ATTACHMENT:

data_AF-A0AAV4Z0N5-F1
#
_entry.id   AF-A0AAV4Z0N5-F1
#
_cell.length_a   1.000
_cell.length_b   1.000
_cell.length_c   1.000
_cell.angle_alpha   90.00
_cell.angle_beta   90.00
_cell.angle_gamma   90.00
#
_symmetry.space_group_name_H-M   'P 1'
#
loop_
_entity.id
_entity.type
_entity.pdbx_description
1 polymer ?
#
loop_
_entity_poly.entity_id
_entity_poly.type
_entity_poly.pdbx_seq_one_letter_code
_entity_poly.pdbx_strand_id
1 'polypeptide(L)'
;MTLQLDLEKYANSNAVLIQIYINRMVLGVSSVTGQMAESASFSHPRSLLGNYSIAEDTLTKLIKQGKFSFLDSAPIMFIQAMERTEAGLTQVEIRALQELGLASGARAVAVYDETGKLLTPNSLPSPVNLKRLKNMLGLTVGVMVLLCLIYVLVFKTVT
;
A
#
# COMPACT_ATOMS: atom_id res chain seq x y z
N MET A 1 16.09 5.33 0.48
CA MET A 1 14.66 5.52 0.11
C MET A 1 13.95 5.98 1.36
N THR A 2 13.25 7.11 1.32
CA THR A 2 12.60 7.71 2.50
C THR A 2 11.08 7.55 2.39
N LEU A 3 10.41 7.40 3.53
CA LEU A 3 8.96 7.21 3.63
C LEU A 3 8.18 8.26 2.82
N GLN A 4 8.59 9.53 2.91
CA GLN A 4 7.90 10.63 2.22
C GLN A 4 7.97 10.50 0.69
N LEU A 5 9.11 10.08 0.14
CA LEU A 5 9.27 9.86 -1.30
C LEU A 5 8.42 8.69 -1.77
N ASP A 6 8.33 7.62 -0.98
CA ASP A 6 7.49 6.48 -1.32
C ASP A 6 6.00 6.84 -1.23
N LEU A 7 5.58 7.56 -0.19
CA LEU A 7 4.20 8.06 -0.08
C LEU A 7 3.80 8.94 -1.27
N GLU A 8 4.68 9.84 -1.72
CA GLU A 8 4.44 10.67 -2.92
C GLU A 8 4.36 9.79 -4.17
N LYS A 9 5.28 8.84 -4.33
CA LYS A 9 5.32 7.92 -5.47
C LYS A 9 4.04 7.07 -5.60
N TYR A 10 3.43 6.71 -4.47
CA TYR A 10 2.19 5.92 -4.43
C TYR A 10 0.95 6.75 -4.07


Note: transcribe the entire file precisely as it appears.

data_AF-A0AAV4Z0N5-F1
#
_entry.id   AF-A0AAV4Z0N5-F1
#
_cell.length_a   1.000
_cell.length_b   1.000
_cell.length_c   1.000
_cell.angle_alpha   90.00
_cell.angle_beta   90.00
_cell.angle_gamma   90.00
#
_symmetry.space_group_name_H-M   'P 1'
#
loop_
_entity.id
_entity.type
_entity.pdbx_description
1 polymer ?
#
loop_
_entity_poly.entity_id
_entity_poly.type
_entity_poly.pdbx_seq_one_letter_code
_entity_poly.pdbx_strand_id
1 'polypeptide(L)'
;MTLQLDLEKYANSNAVLIQIYINRMVLGVSSVTGQMAESASFSHPRSLLGNYSIAEDTLTKLIKQGKFSFLDSAPIMFIQAMERTEAGLTQVEIRALQELGLASGARAVAVYDETGKLLTPNSLPSPVNLKRLKNMLGLTVGVMVLLCLIYVLVFKTVT
;
A
#
# COMPACT_ATOMS: atom_id res chain seq x y z
N MET A 1 16.09 5.33 0.48
CA MET A 1 14.66 5.52 0.11
C MET A 1 13.95 5.98 1.36
N THR A 2 13.25 7.11 1.32
CA THR A 2 12.60 7.71 2.50
C THR A 2 11.08 7.55 2.39
N LEU A 3 10.41 7.40 3.53
CA LEU A 3 8.96 7.21 3.63
C LEU A 3 8.18 8.26 2.82
N GLN A 4 8.59 9.53 2.91
CA GLN A 4 7.90 10.63 2.22
C GLN A 4 7.97 10.50 0.69
N LEU A 5 9.11 10.08 0.14
CA LEU A 5 9.27 9.86 -1.30
C LEU A 5 8.42 8.69 -1.77
N ASP A 6 8.33 7.62 -0.98
CA ASP A 6 7.49 6.48 -1.32
C ASP A 6 6.00 6.84 -1.23
N LEU A 7 5.58 7.56 -0.19
CA LEU A 7 4.20 8.06 -0.08
C LEU A 7 3.80 8.94 -1.27
N GLU A 8 4.68 9.84 -1.72
CA GLU A 8 4.44 10.67 -2.92
C GLU A 8 4.36 9.79 -4.17
N LYS A 9 5.28 8.84 -4.33
CA LYS A 9 5.32 7.92 -5.47
C LYS A 9 4.04 7.07 -5.60
N TYR A 10 3.43 6.71 -4.47
CA TYR A 10 2.19 5.92 -4.43
C TYR A 10 0.95 6.75 -4.07